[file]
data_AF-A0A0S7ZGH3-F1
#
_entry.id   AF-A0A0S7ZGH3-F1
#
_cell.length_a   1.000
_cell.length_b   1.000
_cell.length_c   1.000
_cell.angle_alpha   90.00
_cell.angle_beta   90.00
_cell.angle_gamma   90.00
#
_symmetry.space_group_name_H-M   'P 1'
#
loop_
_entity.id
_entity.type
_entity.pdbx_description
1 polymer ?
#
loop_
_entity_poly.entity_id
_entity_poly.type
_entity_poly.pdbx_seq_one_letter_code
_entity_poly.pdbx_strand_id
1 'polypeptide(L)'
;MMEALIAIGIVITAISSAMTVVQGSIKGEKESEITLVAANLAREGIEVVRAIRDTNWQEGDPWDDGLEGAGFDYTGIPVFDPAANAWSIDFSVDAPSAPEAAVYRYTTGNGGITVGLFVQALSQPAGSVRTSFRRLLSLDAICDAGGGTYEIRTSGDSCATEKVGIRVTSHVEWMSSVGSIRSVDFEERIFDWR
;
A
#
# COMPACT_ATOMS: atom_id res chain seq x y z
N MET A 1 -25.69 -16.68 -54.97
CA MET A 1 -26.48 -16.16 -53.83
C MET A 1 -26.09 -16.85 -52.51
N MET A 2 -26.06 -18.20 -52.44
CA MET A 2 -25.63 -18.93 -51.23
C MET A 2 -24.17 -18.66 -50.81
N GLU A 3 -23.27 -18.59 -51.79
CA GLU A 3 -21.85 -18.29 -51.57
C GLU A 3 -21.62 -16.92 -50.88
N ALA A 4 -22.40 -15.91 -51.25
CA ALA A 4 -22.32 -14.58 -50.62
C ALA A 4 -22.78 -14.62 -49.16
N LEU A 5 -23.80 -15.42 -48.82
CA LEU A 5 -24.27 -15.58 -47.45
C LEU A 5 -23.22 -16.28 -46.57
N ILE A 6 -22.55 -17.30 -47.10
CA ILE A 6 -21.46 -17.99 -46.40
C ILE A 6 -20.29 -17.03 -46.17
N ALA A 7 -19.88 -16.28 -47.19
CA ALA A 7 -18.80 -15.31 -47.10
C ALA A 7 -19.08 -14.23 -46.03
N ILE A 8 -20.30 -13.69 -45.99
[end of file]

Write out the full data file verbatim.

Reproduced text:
data_AF-A0A0S7ZGH3-F1
#
_entry.id   AF-A0A0S7ZGH3-F1
#
_cell.length_a   1.000
_cell.length_b   1.000
_cell.length_c   1.000
_cell.angle_alpha   90.00
_cell.angle_beta   90.00
_cell.angle_gamma   90.00
#
_symmetry.space_group_name_H-M   'P 1'
#
loop_
_entity.id
_entity.type
_entity.pdbx_description
1 polymer ?
#
loop_
_entity_poly.entity_id
_entity_poly.type
_entity_poly.pdbx_seq_one_letter_code
_entity_poly.pdbx_strand_id
1 'polypeptide(L)'
;MMEALIAIGIVITAISSAMTVVQGSIKGEKESEITLVAANLAREGIEVVRAIRDTNWQEGDPWDDGLEGAGFDYTGIPVFDPAANAWSIDFSVDAPSAPEAAVYRYTTGNGGITVGLFVQALSQPAGSVRTSFRRLLSLDAICDAGGGTYEIRTSGDSCATEKVGIRVTSHVEWMSSVGSIRSVDFEERIFDWR
;
A
#
# COMPACT_ATOMS: atom_id res chain seq x y z
N MET A 1 -25.69 -16.68 -54.97
CA MET A 1 -26.48 -16.16 -53.83
C MET A 1 -26.09 -16.85 -52.51
N MET A 2 -26.06 -18.20 -52.44
CA MET A 2 -25.63 -18.93 -51.23
C MET A 2 -24.17 -18.66 -50.81
N GLU A 3 -23.27 -18.59 -51.79
CA GLU A 3 -21.85 -18.29 -51.57
C GLU A 3 -21.62 -16.92 -50.88
N ALA A 4 -22.40 -15.91 -51.25
CA ALA A 4 -22.32 -14.58 -50.62
C ALA A 4 -22.78 -14.62 -49.16
N LEU A 5 -23.80 -15.42 -48.82
CA LEU A 5 -24.27 -15.58 -47.45
C LEU A 5 -23.22 -16.28 -46.57
N ILE A 6 -22.55 -17.30 -47.10
CA ILE A 6 -21.46 -17.99 -46.40
C ILE A 6 -20.29 -17.03 -46.17
N ALA A 7 -19.88 -16.28 -47.19
CA ALA A 7 -18.80 -15.31 -47.10
C ALA A 7 -19.08 -14.23 -46.03
N ILE A 8 -20.30 -13.69 -45.99